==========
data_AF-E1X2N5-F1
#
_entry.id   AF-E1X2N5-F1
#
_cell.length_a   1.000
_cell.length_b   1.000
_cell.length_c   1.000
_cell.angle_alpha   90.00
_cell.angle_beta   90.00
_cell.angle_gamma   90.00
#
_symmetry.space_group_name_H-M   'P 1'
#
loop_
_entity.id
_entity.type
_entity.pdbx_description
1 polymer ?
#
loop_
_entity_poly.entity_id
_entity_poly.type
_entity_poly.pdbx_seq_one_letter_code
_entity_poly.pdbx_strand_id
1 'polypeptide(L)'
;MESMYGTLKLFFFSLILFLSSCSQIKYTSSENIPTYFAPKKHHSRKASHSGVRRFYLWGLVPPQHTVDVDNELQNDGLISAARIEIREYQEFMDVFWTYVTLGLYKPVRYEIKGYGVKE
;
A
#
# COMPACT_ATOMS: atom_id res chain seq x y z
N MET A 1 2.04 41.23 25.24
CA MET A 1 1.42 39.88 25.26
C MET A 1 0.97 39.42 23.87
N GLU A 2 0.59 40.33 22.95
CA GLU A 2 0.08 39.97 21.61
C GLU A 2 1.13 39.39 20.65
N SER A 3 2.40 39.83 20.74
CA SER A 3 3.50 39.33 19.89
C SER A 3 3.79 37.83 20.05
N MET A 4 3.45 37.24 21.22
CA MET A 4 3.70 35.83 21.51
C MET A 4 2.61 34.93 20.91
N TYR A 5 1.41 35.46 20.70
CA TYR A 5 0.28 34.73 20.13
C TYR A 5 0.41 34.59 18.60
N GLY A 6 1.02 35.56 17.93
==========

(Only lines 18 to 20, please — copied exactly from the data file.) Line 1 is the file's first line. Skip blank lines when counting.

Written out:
1 polymer ?
#
loop_